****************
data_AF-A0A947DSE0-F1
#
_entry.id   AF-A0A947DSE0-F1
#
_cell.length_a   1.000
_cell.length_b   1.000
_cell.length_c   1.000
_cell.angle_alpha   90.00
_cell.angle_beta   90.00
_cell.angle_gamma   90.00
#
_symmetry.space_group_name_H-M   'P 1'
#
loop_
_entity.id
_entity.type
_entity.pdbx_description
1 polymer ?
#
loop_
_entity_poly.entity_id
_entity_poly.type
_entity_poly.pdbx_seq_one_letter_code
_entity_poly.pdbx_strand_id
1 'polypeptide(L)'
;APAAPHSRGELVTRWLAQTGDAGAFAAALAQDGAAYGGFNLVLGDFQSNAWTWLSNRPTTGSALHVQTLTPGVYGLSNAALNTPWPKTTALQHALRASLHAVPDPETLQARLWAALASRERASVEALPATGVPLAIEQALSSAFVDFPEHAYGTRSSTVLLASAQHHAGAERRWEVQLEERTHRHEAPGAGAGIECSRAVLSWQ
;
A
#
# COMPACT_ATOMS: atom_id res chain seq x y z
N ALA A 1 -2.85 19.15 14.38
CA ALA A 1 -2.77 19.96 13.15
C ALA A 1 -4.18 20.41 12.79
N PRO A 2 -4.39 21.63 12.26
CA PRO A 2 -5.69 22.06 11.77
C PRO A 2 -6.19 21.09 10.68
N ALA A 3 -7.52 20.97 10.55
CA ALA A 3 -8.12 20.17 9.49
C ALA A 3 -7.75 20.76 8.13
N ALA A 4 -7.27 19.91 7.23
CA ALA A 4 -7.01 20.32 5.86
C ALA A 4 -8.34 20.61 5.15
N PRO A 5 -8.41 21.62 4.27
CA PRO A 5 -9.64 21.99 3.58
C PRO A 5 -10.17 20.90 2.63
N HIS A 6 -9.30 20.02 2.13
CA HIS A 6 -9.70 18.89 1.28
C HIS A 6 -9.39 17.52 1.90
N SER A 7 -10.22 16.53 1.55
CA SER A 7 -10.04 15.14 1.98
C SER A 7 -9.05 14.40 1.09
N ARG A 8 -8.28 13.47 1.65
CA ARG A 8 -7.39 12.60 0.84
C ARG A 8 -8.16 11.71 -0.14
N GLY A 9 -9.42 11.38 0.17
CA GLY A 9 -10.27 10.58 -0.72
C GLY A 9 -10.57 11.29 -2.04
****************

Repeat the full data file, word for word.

data_AF-A0A947DSE0-F1
#
_entry.id   AF-A0A947DSE0-F1
#
_cell.length_a   1.000
_cell.length_b   1.000
_cell.length_c   1.000
_cell.angle_alpha   90.00
_cell.angle_beta   90.00
_cell.angle_gamma   90.00
#
_symmetry.space_group_name_H-M   'P 1'
#
loop_
_entity.id
_entity.type
_entity.pdbx_description
1 polymer ?
#
loop_
_entity_poly.entity_id
_entity_poly.type
_entity_poly.pdbx_seq_one_letter_code
_entity_poly.pdbx_strand_id
1 'polypeptide(L)'
;APAAPHSRGELVTRWLAQTGDAGAFAAALAQDGAAYGGFNLVLGDFQSNAWTWLSNRPTTGSALHVQTLTPGVYGLSNAALNTPWPKTTALQHALRASLHAVPDPETLQARLWAALASRERASVEALPATGVPLAIEQALSSAFVDFPEHAYGTRSSTVLLASAQHHAGAERRWEVQLEERTHRHEAPGAGAGIECSRAVLSWQ
;
A
#
# COMPACT_ATOMS: atom_id res chain seq x y z
N ALA A 1 -2.85 19.15 14.38
CA ALA A 1 -2.77 19.96 13.15
C ALA A 1 -4.18 20.41 12.79
N PRO A 2 -4.39 21.63 12.26
CA PRO A 2 -5.69 22.06 11.77
C PRO A 2 -6.19 21.09 10.68
N ALA A 3 -7.52 20.97 10.55
CA ALA A 3 -8.12 20.17 9.49
C ALA A 3 -7.75 20.76 8.13
N ALA A 4 -7.27 19.91 7.23
CA ALA A 4 -7.01 20.32 5.86
C ALA A 4 -8.34 20.61 5.15
N PRO A 5 -8.41 21.62 4.27
CA PRO A 5 -9.64 21.99 3.58
C PRO A 5 -10.17 20.90 2.63
N HIS A 6 -9.30 20.02 2.13
CA HIS A 6 -9.70 18.89 1.28
C HIS A 6 -9.39 17.52 1.90
N SER A 7 -10.22 16.53 1.55
CA SER A 7 -10.04 15.14 1.98
C SER A 7 -9.05 14.40 1.09
N ARG A 8 -8.28 13.47 1.65
CA ARG A 8 -7.39 12.60 0.84
C ARG A 8 -8.16 11.71 -0.14
N GLY A 9 -9.42 11.38 0.17
CA GLY A 9 -10.27 10.58 -0.72
C GLY A 9 -10.57 11.29 -2.04